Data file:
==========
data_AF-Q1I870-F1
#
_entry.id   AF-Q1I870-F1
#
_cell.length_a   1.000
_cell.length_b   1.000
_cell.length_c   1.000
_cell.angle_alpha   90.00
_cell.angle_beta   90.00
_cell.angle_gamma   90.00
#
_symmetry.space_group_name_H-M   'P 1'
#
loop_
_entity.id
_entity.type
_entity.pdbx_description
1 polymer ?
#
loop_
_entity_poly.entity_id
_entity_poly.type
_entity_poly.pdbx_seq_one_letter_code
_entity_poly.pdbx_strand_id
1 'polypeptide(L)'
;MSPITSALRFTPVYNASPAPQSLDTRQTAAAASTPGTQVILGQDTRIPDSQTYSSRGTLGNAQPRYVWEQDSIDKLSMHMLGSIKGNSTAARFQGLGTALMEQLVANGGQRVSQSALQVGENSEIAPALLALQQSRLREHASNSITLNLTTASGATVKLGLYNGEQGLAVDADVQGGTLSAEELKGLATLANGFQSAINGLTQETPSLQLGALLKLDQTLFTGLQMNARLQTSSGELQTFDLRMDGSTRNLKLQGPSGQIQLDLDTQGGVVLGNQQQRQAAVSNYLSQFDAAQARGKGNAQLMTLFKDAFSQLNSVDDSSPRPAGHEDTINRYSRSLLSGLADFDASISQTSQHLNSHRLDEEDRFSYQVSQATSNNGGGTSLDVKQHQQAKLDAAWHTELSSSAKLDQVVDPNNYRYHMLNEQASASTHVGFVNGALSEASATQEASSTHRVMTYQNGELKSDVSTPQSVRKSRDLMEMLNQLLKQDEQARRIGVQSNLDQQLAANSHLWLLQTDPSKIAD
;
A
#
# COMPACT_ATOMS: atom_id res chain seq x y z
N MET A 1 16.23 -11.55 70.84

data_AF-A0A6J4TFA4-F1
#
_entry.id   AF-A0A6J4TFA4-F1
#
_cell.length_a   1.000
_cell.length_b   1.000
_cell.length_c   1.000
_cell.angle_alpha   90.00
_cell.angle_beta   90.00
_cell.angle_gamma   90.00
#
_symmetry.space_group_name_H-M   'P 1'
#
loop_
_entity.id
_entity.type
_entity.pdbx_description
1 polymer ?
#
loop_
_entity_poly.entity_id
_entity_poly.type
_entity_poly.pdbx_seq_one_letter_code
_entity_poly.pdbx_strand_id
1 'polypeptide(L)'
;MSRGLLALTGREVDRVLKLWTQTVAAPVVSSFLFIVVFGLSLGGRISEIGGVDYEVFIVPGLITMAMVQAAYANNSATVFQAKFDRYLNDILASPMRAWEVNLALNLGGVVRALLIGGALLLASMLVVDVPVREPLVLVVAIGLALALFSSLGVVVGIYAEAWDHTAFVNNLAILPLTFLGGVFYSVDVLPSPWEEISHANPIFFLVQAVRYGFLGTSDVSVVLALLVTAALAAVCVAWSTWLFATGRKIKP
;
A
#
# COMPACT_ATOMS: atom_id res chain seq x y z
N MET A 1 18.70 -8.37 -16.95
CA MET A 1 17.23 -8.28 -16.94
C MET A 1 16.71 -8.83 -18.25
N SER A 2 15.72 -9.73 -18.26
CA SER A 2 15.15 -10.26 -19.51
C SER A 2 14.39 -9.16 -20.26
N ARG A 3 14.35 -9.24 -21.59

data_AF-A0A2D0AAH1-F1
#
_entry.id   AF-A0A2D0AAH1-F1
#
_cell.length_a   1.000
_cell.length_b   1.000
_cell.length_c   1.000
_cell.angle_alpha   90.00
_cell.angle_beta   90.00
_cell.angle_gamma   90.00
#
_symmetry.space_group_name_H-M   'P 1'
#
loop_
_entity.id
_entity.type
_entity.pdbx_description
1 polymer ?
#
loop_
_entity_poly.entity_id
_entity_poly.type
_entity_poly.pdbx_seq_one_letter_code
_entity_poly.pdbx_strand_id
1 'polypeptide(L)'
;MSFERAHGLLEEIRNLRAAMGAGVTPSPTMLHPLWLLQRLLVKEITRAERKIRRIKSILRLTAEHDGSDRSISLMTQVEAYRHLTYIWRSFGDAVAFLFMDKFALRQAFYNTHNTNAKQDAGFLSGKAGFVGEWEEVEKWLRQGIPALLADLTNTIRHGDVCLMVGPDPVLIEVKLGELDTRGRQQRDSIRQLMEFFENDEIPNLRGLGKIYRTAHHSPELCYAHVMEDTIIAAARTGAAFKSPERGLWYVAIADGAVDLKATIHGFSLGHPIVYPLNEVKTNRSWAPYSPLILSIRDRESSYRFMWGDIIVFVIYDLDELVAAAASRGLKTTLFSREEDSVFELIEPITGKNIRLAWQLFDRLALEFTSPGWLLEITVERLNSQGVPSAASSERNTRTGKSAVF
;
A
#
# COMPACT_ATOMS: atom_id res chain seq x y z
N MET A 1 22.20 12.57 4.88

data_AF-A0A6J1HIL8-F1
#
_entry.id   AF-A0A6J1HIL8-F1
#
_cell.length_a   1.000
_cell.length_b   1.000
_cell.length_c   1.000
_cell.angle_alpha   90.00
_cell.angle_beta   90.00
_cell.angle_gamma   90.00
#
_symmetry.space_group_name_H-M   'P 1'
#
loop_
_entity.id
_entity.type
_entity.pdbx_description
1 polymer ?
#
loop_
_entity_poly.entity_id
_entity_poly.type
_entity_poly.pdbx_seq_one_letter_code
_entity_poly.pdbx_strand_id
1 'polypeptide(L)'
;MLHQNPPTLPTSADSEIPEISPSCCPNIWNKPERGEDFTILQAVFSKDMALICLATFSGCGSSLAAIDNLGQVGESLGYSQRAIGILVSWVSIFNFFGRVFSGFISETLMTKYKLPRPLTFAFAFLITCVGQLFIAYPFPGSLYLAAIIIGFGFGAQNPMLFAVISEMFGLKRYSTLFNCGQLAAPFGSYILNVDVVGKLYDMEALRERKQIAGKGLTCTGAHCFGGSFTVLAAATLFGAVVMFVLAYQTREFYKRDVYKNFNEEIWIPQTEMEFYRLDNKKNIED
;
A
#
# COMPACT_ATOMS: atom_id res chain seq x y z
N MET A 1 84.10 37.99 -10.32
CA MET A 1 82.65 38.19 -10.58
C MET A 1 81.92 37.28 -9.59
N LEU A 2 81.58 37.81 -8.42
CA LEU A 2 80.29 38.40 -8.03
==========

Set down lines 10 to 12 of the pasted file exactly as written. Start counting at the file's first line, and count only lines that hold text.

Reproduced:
_cell.angle_gamma   90.00
#
_symmetry.space_group_name_H-M   'P 1'